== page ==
In terms of economic impact, independent analysis has shown that government spending on MSP products and services has provided a net positive benefit to the Canadian economy. For example, the approximately $200M in government payments to the MSP companies in 2016 translated into nearly $865M in net positive economic impact and sustained over 5,300 mostly good quality middle-class skilled technical jobs and high-value technology positions.
So what does all this suggest about a Canadian vaccine supply program? First, establishing policy objectives similar to those of the MSP would make sense. Both surety of supply and economic benefits need to be sought in balance – the former for obvious reasons and the latter to make the necessary ongoing investments palatable for future decision-makers and taxpayers after the present pandemic becomes a distant memory.
Second, like munitions, vaccine demand will periodically spike without much warning so a robust surge capability is essential. However, it need not resemble the MSP model since vaccine production infrastructure is much less costly than that of munitions and can also be more multi-purpose. Further, there are more players in the domestic marketplace. This means there are more options for achieving the required outcomes.
Third, while some are calling for a government-owned capability, the MSP shows that a private sector solution can work. MSP product quality is high, and cost controls and production efficiency are globally competitive against similar production scales. The former government-owned entity was never able to attain comparable standards.
Finally, the politics of a vaccine supply program may be more difficult. The cost of the specialized facilities and uniquely skilled workforces in the munitions industry represents a prohibitive barrier to entry by new players into the limited marketplace. Consequently, there is little political cost to maintaining long-term preferred supplier relationships. Vaccines are different. There is a diverse domestic marketplace and investment costs for new products and facilities are more manageable, so an assured supply program will need to be structured differently. Extensive consultations with the industry will be needed to develop a politically sustainable model.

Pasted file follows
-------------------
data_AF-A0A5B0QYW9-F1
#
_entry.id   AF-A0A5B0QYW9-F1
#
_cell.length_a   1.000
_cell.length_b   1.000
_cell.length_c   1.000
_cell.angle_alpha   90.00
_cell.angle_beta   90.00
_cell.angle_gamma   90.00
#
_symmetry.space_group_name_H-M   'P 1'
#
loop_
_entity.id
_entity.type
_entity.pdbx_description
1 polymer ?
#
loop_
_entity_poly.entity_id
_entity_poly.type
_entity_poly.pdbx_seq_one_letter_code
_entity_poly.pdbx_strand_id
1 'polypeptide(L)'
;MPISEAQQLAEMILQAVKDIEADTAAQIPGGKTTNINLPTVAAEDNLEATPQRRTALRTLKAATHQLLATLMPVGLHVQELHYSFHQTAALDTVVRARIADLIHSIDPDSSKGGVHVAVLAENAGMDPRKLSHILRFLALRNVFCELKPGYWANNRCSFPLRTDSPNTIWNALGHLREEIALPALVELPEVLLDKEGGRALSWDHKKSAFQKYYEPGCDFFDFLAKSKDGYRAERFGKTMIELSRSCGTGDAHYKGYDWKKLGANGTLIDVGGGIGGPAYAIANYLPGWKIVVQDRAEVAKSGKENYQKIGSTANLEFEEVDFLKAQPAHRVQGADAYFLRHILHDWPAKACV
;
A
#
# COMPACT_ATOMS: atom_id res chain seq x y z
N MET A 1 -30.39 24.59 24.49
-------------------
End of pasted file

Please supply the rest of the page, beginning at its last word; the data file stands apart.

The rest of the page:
To conclude, the MSP can offer useful insights in the discussion about a domestic assured source of supply for vaccines. The parallels are by no means exact, but even the differences point to relevant factors that need to be considered. However, assuring supply of a particular commodity is not by itself a complete solution. Similar to any other national security threat, pandemic disease readiness requires a comprehensive strategy encompassing: strategic early warning; effective defence; resiliency in the face of attacks; countermeasures, in this case effective treatments and the ability to rapidly defeat diseases; post-pandemic recovery; and more. An assured domestic vaccine supply may be an important element of such a strategy, but will not by itself defend Canada against pandemic disease.
CDA Institute Research Fellow Colonel Charles Davies (Retired) is a former CAF Ammunition Technical Officer who, among other senior appointments, served as the DND explosives regulator and as strategic planning director for the department’s Materiel Group.